The financial challenges involved in driving these core technologies are also substantial, said Mark Pierpoint, Vice President and General Manager of Keysight Technologies and a keynote speaker at the forum.
Take massive MIMO. Multi-input, multi-output (MIMO) technology is a wireless broadband standard that equips cellular base stations with more than one antenna to maximize the possible number of signal paths and thus enhance performance in terms of data rate and reliability. The tradeoff is increased complexity and energy consumption. Massive MIMO addresses this problem by equipping the base station with a massive number of antennas that can adapt to focus transmission or reception of a signal. Yet even the promise of massive MIMO is compromised by the move to millimeter wave (MMW) frequencies, extremely high radio frequencies (30 to 300 gHz) in the electromagnetic spectrum.
“A key challenge of massive MIMO is that it’s an exercise in scaling the most expensive part of the scaling procedure: the RF (radio frequency) portions,” explained Pierpoint. “As soon as you move above a few gigahertz (on the wireless spectrum), power becomes extremely expensive. That’s going to be one of the key things with 5G, especially with higher millimeter wave frequency, all of which I can tell you we’re not well set up to deal with. We believe going forward you’re going to need some key performance indicators, so these are definitely research topics.”
Optimizing data rate and reliability is crucial for many of the technologies that are emerging from the tail-end of LTE and the early stages of 5G. During a panel discussion moderated by Dimitri Arges of SomaSens Insight, Yan Chow, Chief Information Officer for LongView International Technology Solutions, noted that technologies like robotic surgeries, streaming data while monitoring patients in real-time and e-consults between doctors and patients will require a latency of less than one second.
A second panel speaker on the “mHealth Revolution” was Jun Huang, Senior Director of Enterprise Architecture for Kaiser Permanente Information Technology. Huang emphasized that health care must be put into the hands of patients and consumers using technology to “treat them wherever they are.” The Kaiser Permanente mobile app, he noted, allows patients to interact directly with their physicians by, for example, texting photographs of a skin disorder to determine if requires a visit to the clinic. Physicians can also use the app to order lab results, do remote consultations with patients, manage their patient schedules and collaborate with other doctors. Huang acknowledged that the technology has its downsides – primarily a lack of bandwidth and reliability – but said that he sees those problems being addressed by 5G technologies.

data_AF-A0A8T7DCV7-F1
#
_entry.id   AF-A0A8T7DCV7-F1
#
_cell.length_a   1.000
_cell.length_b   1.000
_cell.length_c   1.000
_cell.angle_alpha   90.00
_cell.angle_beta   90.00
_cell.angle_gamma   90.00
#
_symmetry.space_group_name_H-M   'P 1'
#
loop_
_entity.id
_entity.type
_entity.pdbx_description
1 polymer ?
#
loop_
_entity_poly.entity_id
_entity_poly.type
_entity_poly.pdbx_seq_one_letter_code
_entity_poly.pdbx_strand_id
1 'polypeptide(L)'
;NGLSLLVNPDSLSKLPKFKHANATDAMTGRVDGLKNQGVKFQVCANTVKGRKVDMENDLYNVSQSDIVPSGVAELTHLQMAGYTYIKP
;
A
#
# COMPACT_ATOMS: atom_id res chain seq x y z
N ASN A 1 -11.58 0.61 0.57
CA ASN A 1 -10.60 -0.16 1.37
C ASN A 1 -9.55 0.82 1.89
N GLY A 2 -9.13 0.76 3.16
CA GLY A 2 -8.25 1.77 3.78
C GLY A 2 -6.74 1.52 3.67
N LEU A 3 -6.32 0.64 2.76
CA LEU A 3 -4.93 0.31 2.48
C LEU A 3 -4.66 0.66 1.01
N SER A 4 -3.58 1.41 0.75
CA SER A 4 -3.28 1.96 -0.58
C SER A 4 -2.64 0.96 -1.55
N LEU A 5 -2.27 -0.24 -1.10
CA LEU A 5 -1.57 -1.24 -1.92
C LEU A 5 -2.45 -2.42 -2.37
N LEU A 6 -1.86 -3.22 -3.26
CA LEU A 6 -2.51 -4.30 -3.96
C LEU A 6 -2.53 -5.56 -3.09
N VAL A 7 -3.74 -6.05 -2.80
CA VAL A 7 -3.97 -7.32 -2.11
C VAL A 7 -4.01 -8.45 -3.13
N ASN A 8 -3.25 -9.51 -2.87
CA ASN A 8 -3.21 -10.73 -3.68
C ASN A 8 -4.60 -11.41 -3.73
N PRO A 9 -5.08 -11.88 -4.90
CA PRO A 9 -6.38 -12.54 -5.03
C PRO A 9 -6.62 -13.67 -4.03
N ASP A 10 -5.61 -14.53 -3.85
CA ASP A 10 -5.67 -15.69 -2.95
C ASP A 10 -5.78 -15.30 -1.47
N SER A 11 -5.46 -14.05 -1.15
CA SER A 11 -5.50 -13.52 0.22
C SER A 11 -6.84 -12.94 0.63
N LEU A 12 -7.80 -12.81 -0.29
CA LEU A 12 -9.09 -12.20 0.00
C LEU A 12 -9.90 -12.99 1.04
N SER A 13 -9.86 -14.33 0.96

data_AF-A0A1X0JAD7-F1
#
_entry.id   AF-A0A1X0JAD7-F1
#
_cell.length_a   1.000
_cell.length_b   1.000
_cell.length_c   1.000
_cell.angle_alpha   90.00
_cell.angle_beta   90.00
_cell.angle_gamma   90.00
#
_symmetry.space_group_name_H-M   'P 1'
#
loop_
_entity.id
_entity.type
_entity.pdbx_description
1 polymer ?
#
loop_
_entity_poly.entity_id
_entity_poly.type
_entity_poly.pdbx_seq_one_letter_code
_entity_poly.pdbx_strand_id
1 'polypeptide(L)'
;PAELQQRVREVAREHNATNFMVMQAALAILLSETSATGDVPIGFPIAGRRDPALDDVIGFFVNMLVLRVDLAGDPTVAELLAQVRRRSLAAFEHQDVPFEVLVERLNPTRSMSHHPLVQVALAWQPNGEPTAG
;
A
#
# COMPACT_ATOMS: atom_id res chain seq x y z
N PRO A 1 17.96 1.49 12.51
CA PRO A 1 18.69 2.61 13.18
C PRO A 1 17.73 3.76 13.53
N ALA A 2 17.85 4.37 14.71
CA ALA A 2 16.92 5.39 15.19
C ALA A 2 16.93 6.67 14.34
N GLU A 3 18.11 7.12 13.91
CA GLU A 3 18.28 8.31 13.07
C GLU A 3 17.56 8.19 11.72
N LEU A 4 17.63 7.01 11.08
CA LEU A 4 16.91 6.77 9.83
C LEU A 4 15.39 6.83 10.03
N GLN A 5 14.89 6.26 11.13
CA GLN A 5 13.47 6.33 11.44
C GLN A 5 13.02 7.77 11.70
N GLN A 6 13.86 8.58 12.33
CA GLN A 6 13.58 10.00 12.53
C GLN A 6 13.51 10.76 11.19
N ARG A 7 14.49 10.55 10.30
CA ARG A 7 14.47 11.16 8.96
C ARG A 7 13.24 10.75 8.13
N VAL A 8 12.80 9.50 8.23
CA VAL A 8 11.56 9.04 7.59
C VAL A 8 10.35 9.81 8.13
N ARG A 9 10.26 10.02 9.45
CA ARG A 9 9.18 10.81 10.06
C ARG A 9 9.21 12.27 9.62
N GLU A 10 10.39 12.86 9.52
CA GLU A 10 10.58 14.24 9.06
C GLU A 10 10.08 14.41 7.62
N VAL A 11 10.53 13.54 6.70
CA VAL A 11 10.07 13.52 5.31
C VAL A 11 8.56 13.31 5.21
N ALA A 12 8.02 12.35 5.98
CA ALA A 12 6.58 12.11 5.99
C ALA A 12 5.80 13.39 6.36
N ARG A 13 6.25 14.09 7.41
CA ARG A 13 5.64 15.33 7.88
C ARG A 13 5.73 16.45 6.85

Huang’s fellow panelist, Senior Director of Marketing for Edico Genome, Gavin Stone, noted another of the quandaries that 5G developers must factor in: The avalanche of big data. Stone said that his company’s ultimate goal is to harness the power of 5G networks to process genomic data more quickly to provide prompt diagnosis and treatment for patients. But that’s easier said than done – by some estimates, an analysis of a single person’s genome could comprise 200 gigabytes of data.
|Boris Karsch, Vice President of Strategy and Business Development for Cubic Transportation Systems|
Then come the security challenges associated with gathering, storing and mining this avalanche of data, particularly data in IoT-connected devices, noted Boris Karsch, Vice President of Strategy and Business Development for Cubic Transportation Systems.
“From a systems engineering point of view, we need to follow best practices to be sure that data is kept securely,” said Karsch. ”The issue is when data come out of these silent systems and get combined with other data, how do we depersonalize the data in a way that it can’t be personalized? How do we build in more security and more privacy by design?”
Petros Efstathopoulos, Technical Director of Symantec Research Labs and Karsch’s fellow panelist, suggested that a focus on protecting data itself might be too little, too late.
“Most people focus on (protecting) data, but there’s no point doing that unless we have made sure that the infrastructure is secure,” he explained. “If you can’t trust data, why protect it? It’s very important to establish mechanisms for identity, so if I can’t trust who you say you are it’s a house of cards and the pyramid collapses. These are fundamental things that can be built into the protocol.”
The point on which everyone seemed to agree is one expressed by Jong-Kae Fwu, Director of Next-Generation Technologies and Standards for Intel: “We are at a technology turning point, and 5G is expected to share the global wireless industry for the next decade.
“We are evolving from always-on to always-connected to always-networking,” Fwu added. “The future generation of wireless needs a broader cooperation between industry and universities. Computing and communication need to come together to deliver this user experience.”